Afghanistan, a nation deeply engaged in political unrest and conflict, hasn’t experienced any relief from the misery and violence that have afflicted it for years. Many people thought the nation would finally share peace and stability when the Taliban regime was overthrown by a US-led invasion in 2001. The harsh reality of life in Afghanistan after Taliban takeover, though, has been very different. 

Everyday living has become a daily struggle for survival due to a deteriorating security environment typified by a high frequency of terrorist attacks. Additionally, a government becoming more oppressive and widespread corruption have helped erode fundamental freedoms and liberties. But, despite the suffering of the Afghan people, it appears that the world has mostly forgotten about them as attention has switched to more recent disasters like the one in Ukraine. 

Today amidst the Russia-Ukraine War and the humanitarian crisis of Myanmar, Sudan and Pakistan; Afghanistan’s current severe but ignored circumstances leave much to worry about.

Grim Realities of Afghanistan

The world has increasingly turned its back on Afghanistan after the Taliban government was overthrown there in late 2001. Due to this, the frail Afghan government—currently undergoing reconstruction—is now forced to cope with post-war difficulties on its own with minimal assistance from the international world. The Afghan government has found it more challenging to make headway toward stabilizing the country due to the deteriorating security situation, the revival of the Taliban and other extremist groups, and the expanding drug trade. In addition, the humanitarian crisis in Afghanistan has been much worse recently, with millions of people finding it difficult to access necessities like food, clean water, and healthcare. However, the world has remained chiefly mute on the subject. Afghanistan has lost its voice and been forced to fend for itself in the face of numerous difficulties that could destabilize its precarious democracy.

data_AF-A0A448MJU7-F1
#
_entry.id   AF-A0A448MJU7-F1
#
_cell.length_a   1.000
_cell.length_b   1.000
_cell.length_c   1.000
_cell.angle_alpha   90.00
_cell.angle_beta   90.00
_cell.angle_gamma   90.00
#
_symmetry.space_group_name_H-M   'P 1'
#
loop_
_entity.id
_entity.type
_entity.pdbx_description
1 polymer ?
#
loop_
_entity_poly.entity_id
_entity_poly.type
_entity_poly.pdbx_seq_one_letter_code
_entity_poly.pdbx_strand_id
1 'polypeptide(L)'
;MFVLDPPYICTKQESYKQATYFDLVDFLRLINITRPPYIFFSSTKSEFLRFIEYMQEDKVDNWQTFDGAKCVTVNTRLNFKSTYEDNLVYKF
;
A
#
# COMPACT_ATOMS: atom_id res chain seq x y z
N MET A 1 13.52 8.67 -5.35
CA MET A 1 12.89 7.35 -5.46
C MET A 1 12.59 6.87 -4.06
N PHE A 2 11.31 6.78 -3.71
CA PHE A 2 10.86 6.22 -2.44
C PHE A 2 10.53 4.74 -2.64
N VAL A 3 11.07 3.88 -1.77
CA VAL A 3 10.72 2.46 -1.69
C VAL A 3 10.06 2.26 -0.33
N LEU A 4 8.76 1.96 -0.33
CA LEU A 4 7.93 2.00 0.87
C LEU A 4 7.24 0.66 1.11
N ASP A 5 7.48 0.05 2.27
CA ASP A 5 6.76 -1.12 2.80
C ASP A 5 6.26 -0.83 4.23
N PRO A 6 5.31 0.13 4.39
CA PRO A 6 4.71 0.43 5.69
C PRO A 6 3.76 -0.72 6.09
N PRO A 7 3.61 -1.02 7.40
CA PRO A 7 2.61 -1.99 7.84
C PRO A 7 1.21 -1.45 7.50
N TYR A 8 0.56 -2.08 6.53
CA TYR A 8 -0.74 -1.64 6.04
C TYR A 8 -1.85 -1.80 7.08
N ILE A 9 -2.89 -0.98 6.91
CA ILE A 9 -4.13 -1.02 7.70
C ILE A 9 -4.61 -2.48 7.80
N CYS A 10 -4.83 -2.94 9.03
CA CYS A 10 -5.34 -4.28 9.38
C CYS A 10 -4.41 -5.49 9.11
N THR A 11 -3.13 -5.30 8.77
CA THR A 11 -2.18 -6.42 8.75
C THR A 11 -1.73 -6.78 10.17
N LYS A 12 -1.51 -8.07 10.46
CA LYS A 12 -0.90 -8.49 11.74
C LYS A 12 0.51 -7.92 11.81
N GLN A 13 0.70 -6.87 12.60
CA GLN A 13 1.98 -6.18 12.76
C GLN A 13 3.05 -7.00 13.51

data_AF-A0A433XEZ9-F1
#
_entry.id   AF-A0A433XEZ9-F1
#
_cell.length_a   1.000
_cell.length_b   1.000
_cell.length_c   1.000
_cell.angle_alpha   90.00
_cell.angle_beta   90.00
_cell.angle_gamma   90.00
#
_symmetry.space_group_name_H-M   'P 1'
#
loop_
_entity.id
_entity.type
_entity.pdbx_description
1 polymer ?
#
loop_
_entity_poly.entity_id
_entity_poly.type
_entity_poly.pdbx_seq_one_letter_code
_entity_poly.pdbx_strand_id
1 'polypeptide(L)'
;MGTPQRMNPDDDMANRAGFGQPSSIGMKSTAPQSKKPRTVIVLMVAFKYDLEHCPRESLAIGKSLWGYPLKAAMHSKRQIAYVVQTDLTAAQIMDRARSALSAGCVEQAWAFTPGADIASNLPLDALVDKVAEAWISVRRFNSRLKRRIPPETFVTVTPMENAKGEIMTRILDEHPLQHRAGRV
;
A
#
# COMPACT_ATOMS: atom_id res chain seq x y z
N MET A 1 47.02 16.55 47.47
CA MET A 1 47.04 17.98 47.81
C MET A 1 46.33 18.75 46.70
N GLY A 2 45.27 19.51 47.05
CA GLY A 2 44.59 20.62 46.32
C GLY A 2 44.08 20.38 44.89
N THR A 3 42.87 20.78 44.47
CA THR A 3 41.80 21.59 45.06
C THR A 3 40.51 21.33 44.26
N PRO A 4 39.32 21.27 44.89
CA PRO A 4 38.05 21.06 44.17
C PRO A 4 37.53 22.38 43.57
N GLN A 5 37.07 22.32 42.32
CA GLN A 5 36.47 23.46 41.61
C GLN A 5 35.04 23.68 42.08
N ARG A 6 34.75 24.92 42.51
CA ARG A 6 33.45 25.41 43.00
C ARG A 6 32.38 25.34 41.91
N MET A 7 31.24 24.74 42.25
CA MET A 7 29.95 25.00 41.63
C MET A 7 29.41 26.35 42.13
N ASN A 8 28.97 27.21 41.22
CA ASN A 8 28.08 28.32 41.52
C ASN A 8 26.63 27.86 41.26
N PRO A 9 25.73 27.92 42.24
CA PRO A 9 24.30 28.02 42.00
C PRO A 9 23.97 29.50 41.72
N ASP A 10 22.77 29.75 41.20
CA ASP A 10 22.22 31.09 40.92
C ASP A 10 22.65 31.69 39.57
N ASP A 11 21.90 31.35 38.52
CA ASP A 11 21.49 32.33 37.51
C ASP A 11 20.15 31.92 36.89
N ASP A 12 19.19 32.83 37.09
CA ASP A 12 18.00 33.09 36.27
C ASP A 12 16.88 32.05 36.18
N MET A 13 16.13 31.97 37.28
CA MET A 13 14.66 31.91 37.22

Taliban Resurgence: Major Factor Contributing to Afghanistan’s Worsening Situation

The Taliban’s resurgence is one of Afghanistan’s most urgent problems. 

A conservative Islamic organization known as the Taliban ruled Afghanistan from 1996 until 2001 when American-led forces drove them out. But in recent years, the organization has returned, taking back control of a sizable portion of the nation. The return of the Taliban has fueled conflict, instability, and corruption in Afghanistan, which has worsened the quality of life there. Thousands of individuals have been murdered and injured due to the group’s readiness to launch targeted strikes on civilians. Furthermore, the Taliban’s grip over strategic regions has undercut governance and self-determination, placing many Afghan residents at the mercy of violent extremist organizations. The Taliban’s rise has lessened the Afghan government’s incentive to hold peace negotiations, which has made the likelihood of long-lasting peace in Afghanistan even more improbable.